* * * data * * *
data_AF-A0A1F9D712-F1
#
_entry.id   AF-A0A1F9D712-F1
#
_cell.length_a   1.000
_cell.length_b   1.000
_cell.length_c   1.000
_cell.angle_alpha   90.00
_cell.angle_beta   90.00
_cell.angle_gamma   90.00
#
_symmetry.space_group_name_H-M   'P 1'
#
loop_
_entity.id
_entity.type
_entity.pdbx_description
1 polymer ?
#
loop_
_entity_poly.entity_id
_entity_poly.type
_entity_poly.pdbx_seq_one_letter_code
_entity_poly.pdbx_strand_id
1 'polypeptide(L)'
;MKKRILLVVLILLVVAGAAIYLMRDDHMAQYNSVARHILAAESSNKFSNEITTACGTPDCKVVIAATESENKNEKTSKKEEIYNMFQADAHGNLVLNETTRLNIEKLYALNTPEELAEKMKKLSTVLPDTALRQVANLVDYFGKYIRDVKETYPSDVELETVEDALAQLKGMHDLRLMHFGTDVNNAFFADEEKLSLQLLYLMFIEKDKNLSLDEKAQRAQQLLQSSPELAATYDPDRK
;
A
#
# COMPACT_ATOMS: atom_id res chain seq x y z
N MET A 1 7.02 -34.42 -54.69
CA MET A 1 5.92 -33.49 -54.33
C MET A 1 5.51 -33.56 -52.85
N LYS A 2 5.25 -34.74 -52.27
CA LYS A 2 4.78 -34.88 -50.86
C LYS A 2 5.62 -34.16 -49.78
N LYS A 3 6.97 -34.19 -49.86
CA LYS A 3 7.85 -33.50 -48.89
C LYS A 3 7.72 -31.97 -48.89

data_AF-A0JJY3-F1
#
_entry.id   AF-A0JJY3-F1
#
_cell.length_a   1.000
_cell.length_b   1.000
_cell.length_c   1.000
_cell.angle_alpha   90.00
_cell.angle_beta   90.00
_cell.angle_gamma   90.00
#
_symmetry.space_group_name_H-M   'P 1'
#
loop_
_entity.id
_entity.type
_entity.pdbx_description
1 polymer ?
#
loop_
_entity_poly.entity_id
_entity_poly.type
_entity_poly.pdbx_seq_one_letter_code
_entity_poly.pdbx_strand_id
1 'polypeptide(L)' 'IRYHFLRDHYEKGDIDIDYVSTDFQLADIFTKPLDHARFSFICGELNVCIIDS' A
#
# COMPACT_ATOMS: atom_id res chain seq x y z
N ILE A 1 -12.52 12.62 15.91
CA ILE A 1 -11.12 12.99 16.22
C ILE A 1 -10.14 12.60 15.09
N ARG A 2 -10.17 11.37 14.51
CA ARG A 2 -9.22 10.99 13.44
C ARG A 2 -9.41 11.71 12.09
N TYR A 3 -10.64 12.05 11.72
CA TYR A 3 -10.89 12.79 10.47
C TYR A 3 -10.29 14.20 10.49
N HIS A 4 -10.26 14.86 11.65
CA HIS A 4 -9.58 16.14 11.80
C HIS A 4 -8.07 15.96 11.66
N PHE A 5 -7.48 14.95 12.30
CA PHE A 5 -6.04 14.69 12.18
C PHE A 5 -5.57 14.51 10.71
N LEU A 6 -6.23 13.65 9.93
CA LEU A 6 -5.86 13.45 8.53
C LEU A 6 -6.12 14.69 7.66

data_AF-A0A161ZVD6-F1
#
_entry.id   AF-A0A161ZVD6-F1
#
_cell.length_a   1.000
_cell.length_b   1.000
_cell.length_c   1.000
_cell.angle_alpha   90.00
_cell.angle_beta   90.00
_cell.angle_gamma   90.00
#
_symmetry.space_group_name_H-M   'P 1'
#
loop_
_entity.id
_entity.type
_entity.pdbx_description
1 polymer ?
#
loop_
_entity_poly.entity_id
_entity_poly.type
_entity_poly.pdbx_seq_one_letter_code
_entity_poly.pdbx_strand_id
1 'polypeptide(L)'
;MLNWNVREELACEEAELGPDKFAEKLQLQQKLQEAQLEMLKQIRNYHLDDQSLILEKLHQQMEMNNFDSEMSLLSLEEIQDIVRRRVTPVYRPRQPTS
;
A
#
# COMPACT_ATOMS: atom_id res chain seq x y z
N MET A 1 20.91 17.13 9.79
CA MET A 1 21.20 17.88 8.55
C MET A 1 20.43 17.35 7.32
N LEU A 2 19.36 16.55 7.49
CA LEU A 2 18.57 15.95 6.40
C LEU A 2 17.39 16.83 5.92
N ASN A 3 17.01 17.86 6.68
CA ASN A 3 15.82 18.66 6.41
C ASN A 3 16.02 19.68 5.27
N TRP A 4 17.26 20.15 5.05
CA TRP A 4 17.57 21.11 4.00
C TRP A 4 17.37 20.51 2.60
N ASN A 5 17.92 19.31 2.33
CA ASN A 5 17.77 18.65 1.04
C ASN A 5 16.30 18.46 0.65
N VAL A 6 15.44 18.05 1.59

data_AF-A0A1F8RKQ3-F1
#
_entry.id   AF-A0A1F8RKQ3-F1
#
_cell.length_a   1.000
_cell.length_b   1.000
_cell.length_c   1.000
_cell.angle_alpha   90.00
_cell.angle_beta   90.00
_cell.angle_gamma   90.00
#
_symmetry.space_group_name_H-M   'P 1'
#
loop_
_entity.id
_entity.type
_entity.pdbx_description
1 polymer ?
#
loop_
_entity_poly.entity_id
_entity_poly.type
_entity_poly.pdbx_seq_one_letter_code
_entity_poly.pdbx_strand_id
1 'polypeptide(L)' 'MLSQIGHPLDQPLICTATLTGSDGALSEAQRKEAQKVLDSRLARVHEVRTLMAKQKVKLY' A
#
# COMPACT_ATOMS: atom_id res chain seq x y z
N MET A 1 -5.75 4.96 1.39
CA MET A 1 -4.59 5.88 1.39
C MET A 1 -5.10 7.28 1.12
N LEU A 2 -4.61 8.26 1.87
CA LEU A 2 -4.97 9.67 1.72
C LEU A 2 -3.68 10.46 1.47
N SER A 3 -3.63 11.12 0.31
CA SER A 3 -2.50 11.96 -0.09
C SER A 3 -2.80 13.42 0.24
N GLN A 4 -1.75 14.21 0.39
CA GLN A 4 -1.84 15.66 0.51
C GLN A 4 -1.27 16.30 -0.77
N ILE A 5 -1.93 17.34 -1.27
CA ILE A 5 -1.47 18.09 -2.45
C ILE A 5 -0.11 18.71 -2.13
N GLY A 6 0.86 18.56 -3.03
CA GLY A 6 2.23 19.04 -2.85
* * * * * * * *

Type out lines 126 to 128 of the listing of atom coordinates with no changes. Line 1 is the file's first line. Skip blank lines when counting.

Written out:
C TRP A 4 17.37 20.51 2.60
N ASN A 5 17.92 19.31 2.33
CA ASN A 5 17.77 18.65 1.04